Thursday, November 15, 2007

Carbon Project Sponsors Situational Awareness Conference in Nation’s Capital

Since 1930, the Omni Shoreham Hotel in Washington, D.C. has been a Washington landmark. Photo © 2007 Omni Hotels

The Carbon Project is proud to announce our sponsorship of the first Spatial and Situational Awareness Conference. The conference will be held at the prestigious Omni Shoreham hotel in Washington, DC on December 12, 2007.

The conference provides a forum to examine the role geospatial systems play in homeland security, crisis management and everyday first response. New approaches to improve situational awareness including mashups, geospatial platforms, peer-to-peer applications and web-based solutions will be highlighted in this unique forum.

Spatial and situational awareness is incredibly important in today’s information rich homeland security environment. We look forward to discussing how technologies like Virtual Earth, Spatial Data Infrastructures and Peer-to-Peer mashups can deliver situational awareness faster and at lower cost than traditional methods.

The conference welcomes both public and private organizations and enterprises to meet, discuss and learn about one of today’s most innovative technology areas in this exciting new forum.
Additional information about the conference including registration, speaking, and sponsorship opportunities can be found at

Friday, November 09, 2007

Filters for Canadian Geospatial Data Infrastructure

We had a great time with the CGDI Interoperability Project in Canada this week. I'll try to describe some of the events over the next few days. One of the highlights (for me at least) was our new Filter Builder tools based on OGC Filters and CGDI.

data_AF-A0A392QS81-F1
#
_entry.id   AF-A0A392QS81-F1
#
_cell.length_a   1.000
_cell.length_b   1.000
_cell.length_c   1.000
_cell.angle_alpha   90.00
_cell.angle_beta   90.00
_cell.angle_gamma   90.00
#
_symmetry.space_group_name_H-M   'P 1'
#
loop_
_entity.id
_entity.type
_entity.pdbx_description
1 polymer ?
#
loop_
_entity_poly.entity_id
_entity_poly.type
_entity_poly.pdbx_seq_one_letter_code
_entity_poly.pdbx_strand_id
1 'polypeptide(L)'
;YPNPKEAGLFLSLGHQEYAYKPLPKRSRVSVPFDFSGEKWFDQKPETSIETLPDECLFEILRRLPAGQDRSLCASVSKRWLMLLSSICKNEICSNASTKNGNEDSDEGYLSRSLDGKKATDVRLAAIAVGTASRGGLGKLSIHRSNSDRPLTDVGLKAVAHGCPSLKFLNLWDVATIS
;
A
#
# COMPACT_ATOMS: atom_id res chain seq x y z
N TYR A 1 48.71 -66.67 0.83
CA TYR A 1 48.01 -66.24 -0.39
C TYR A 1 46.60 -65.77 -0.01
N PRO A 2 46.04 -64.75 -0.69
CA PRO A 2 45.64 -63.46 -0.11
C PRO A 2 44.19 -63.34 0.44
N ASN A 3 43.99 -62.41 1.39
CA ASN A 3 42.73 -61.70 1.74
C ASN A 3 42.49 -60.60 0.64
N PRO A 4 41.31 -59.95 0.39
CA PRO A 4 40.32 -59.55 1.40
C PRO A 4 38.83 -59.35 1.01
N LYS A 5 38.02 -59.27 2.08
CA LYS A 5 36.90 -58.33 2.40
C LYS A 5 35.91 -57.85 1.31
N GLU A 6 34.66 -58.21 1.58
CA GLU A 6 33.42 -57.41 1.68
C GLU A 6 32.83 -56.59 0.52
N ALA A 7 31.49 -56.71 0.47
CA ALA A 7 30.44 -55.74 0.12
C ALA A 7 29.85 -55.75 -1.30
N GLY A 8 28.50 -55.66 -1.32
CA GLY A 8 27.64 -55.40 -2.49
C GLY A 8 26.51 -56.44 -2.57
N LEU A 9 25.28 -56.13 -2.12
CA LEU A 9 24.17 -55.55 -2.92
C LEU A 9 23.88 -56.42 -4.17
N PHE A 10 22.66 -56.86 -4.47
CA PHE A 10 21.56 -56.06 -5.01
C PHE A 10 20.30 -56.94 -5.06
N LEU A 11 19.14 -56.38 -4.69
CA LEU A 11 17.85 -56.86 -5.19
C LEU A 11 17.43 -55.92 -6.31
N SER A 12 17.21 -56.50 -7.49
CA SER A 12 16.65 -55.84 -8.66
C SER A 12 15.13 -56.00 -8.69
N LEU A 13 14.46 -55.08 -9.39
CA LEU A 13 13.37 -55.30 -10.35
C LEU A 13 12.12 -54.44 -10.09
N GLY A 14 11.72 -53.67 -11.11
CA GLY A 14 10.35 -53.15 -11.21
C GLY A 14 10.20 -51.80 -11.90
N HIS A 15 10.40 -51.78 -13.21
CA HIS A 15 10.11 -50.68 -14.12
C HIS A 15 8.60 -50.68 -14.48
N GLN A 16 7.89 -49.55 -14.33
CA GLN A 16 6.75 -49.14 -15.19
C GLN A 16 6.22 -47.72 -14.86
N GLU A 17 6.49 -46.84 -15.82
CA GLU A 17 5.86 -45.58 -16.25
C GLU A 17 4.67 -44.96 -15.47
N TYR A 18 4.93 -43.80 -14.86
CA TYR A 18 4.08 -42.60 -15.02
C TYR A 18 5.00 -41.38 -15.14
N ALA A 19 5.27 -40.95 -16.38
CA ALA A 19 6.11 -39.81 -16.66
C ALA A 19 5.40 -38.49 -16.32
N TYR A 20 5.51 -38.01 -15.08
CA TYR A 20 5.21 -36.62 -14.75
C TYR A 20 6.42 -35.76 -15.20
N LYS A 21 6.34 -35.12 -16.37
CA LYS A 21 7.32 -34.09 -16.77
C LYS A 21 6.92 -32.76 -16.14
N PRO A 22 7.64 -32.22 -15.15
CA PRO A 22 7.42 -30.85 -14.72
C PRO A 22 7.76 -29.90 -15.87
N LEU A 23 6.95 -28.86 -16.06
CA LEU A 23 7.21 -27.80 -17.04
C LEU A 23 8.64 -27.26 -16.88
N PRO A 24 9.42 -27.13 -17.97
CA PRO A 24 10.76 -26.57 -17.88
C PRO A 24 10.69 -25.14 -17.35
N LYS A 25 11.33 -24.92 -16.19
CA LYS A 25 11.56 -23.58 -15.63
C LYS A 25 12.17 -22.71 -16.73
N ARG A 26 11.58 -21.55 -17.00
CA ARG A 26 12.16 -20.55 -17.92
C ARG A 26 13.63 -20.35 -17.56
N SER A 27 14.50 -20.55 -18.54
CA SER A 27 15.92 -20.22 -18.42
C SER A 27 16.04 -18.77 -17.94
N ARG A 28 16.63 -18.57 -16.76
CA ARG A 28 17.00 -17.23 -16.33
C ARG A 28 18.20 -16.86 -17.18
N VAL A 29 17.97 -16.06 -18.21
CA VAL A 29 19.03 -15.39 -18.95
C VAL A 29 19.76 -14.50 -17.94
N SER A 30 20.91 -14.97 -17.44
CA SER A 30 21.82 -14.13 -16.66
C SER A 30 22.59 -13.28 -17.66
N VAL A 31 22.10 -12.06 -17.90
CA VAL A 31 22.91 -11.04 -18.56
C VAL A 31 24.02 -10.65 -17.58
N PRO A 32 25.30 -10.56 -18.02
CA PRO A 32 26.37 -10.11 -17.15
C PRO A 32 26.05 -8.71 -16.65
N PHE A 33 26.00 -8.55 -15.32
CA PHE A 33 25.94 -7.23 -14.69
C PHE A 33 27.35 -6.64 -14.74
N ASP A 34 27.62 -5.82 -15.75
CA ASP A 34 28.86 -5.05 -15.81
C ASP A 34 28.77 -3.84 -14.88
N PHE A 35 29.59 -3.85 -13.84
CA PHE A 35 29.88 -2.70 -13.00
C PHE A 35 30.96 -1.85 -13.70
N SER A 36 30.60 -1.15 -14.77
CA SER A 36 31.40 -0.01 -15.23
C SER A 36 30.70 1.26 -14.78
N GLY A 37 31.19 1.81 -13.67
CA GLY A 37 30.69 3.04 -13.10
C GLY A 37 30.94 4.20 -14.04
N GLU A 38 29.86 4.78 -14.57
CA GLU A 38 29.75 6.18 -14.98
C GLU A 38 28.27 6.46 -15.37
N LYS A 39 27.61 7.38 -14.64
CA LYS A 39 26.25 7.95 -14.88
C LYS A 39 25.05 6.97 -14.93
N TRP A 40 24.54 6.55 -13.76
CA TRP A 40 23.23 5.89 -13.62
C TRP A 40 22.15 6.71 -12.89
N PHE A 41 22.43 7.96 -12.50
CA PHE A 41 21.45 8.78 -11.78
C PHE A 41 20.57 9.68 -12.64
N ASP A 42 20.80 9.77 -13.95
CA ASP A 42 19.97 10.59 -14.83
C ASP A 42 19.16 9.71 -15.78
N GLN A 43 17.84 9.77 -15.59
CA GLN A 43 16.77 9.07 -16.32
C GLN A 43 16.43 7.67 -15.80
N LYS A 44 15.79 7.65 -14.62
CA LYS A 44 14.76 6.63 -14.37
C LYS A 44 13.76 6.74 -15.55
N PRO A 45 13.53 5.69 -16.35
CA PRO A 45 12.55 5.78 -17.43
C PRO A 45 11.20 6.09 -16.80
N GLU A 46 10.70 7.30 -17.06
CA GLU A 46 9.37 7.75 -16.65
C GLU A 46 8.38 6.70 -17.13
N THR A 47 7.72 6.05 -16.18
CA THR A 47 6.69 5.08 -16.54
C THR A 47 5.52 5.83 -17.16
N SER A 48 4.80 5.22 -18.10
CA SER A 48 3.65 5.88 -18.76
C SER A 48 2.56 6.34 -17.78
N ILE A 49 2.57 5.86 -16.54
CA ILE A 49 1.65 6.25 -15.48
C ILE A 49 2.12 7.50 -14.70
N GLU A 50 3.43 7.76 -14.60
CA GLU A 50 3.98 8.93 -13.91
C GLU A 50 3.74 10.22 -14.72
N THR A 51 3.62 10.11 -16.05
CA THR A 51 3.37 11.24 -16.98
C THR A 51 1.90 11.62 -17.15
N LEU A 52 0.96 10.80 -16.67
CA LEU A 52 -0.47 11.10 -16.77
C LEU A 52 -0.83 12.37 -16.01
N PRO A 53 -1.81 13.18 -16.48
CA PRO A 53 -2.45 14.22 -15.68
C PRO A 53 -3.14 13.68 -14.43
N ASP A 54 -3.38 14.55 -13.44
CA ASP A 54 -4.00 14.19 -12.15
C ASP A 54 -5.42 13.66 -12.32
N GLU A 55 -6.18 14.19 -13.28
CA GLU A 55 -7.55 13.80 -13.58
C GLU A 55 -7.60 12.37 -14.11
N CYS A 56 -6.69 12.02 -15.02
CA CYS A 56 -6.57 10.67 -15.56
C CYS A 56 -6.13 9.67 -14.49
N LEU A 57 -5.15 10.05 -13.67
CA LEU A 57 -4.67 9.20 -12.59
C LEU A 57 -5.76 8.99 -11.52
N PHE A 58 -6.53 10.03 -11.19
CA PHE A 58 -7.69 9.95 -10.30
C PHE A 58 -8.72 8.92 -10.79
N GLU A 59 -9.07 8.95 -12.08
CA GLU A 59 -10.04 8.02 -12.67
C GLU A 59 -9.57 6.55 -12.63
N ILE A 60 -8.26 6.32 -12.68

One part of the demo showed how emergency analysts could use OGC Filters, WFS services and data from CGDI - for analysis. The demo used a simulated release plume polygon to construct new features such as impacted roads and places. This involved intersecting release plume polygons with impacted areas, but used the CGDI service to do the analysis.

Here's how it worked - we used CarbonArc PRO to select an existing GML feature (a release plume polygon), construct a Filter Encoding request using Spatial Operators (in this case it was the Spatial Operator "Intersect"), and then send it to CubeWerx and acquire impacted roads and places. All done in real time - very cool.

The tools are based on Filters - the basic idea of an OGC Filter is to provide a SQL-like spatial and logical language to make advanced data queries possible in a distributed environment. Filters do this using a series of logical ("AND" this, "OR" that), comparison (is this "Equal To") and spatial (does that road "Intersect"?) operators.

The Filter Encoding (FE) specification, when wrapped up into easy-to-use tools, lets SDI users quickly add complex and powerful queries to their work flows.

All this means a big change from the days when analysis was done using GIS on the desktop.